Using individual artefacts to create a sense of period

What is this object from 80BC Greece?

Did you think it was part of a boat? A wheel of some sort? A winch device? If you did you share the ideas of most of my class. Additionally if you thought this was just a boring bit of rusty metal you’d probably be thinking the same as them too!

The object above is in fact the Antikythera Mechanism, an Ancient Greek object that has a series of metal cogs that can accurately predict solar eclipses. In essence, this is the world’s first computer, an astrological calculator built about 1500 years before astrological calculators appear in Europe. Now are you interested? The kids were!

Now this leads us onto the thinking bit. Why is this significant? What does it tell us about the Greeks? Hands up now.
– “It shows the Greeks were genius”
– “It shows the Greeks are interested in the universe”
– “It shows that the Greeks were asking questions and working things out”
– “It shows that the Greeks were logical”
– “It might show they still have supernatural beliefs as they are interested in the sun, like prehistoric man and the Egyptians were”

Sense of period is important and I have banged on about this before and probably will again. If our students have a sense of period they can contextualise their learning. If students have a sense of period they can visualise periods and thus improve their chronological understanding. Therefore this year I am trying out different strategies to teach this in my class.

The discussion above about the Antikythera Mechanism is just a snippet of the wider discussion we had about this object and illustrates that with just one, well chosen, object you can give students a sense of period, plus hook them in to their learning. I’ve been trying this with Year 10 this year to enliven my Medicine through Time lessons and so far its working a treat. With Prehistoric Man we looked at Stonehenge, where at least 90% of them how no idea that it was linked to the solstice and as a result very simply understood the importance of supernatural beliefs to this society. With the Egyptians we actually looked at a real mummy in Bristol Museum and discussed life and death. With the Romans I am going to use Barates Tombstone for his wife Regina (thanks to Chris Culpin for the suggestion!) where Barates, a Syrian, paid for a tombstone in South Shields for his freed slave wife from South England – how much does that tell us about the Romans! With these single objects and some good questioning I have been able to establish the themes for the lesson, give the kids a sense of the period we are studying and engage them in some decent history.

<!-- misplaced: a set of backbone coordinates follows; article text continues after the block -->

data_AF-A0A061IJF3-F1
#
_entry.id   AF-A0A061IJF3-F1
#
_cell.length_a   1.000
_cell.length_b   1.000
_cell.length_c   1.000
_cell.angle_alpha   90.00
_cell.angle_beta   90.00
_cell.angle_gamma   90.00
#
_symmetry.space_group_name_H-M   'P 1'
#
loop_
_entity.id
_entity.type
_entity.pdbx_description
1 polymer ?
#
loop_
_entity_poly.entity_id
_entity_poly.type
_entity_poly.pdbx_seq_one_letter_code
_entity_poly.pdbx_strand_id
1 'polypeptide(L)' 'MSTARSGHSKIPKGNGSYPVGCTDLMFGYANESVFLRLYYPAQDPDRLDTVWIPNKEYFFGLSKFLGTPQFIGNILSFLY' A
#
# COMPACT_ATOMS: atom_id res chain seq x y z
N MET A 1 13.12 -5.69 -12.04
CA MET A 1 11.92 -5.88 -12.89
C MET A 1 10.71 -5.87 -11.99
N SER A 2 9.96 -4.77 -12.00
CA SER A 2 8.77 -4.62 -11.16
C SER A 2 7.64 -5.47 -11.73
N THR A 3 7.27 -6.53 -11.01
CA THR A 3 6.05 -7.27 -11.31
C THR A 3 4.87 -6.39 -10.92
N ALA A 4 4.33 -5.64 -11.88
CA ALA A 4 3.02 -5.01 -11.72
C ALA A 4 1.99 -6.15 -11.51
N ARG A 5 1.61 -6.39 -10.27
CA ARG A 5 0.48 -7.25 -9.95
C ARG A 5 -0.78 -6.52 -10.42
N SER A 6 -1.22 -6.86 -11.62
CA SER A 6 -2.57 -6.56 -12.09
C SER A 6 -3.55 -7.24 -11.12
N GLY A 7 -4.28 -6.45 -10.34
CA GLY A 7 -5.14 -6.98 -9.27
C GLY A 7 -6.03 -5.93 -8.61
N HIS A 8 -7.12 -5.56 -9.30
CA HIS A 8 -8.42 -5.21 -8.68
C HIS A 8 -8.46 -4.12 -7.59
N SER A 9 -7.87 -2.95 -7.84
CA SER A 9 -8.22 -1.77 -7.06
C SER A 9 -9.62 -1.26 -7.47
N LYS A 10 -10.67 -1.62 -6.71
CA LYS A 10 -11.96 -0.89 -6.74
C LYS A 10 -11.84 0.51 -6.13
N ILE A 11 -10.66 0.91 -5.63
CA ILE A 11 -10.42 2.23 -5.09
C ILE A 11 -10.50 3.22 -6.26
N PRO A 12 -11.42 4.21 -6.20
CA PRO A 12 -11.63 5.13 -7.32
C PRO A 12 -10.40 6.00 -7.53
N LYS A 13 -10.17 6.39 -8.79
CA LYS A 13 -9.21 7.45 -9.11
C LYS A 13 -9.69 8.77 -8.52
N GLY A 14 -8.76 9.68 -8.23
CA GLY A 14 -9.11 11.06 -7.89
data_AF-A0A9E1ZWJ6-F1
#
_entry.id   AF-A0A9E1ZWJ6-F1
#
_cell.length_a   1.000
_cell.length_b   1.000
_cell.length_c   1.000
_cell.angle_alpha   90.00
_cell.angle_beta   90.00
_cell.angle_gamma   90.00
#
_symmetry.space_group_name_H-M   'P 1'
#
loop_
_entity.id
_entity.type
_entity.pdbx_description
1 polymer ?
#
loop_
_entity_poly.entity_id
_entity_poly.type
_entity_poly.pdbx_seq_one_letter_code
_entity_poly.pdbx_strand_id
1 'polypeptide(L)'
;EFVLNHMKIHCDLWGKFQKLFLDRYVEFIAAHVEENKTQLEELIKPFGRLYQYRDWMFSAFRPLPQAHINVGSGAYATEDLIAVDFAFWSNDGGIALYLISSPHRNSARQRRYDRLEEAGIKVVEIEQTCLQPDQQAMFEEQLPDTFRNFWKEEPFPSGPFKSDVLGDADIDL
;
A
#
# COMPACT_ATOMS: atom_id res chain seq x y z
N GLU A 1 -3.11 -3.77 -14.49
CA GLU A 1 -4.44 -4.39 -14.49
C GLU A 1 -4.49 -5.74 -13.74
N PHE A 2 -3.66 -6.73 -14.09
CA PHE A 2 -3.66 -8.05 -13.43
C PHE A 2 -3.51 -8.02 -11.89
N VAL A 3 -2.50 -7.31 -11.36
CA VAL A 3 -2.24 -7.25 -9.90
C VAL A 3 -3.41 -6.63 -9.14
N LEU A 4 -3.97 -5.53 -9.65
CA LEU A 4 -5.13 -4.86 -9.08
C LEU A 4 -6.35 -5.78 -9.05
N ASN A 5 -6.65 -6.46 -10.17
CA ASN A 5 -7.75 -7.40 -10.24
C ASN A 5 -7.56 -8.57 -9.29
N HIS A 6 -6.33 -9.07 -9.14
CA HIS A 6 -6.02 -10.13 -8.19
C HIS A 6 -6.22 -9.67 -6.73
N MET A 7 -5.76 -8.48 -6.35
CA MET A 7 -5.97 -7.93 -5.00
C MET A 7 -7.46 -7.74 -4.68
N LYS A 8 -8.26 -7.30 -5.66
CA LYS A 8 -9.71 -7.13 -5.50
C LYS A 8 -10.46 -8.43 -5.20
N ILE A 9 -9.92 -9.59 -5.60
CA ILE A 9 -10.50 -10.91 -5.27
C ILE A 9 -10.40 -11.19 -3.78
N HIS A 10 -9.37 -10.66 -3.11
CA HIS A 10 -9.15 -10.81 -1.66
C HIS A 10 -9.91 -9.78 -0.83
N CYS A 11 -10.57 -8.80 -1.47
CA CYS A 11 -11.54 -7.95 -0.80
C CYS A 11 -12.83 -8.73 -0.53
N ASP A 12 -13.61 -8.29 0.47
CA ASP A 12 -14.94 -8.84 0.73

Now it’s my mission to create a list of these mystery objects to illustrate each period. Here’s where I’ve got to so far (with some much needed help from others – Chris Culpin, Donnie Houser at Bristol Museum and the brilliant 100 objects Radio 4 and British Museum project)

  • Prehistoric Man – Stonehenge
  • Egyptians – Mummy in Bristol Museum
  • Greeks – Antikythera Mechanism
  • Romans – Barates Tombstone
  • Dark Ages – Frank’s Casket in the British Museum (which shows both the Magi and an Anglo Saxon hero carved in whalebone)
  • Middles Ages – The clock in Wells Cathedral (the second oldest clock in the world)
  • 18th Century – The Coalbrokedale Blast Furnace (did a single fireplace start the Industrial Revolution)

If you have any other suggestions do let me know!

Advertisements
This entry was posted in Uncategorized. Bookmark the permalink.

2 Responses to Using individual artefacts to create a sense of period

  1. Ed Podesta says:

    Smashing post, and I’m really sad I missed your SHP conference workshop – next year eh?!
    I’d like to suggest a cup of tea for the industrial revolution 🙂 changes in world trade patterns, cultural value of the drink that does not intoxicate and the connection with sugar and slavery…. and you get to drink a cup of tea whilst teaching!

Leave a Reply

Fill in your details below or click an icon to log in:

WordPress.com Logo

You are commenting using your WordPress.com account. Log Out / Change )

Twitter picture

You are commenting using your Twitter account. Log Out / Change )

Facebook photo

You are commenting using your Facebook account. Log Out / Change )

Google+ photo

You are commenting using your Google+ account. Log Out / Change )

Connecting to %s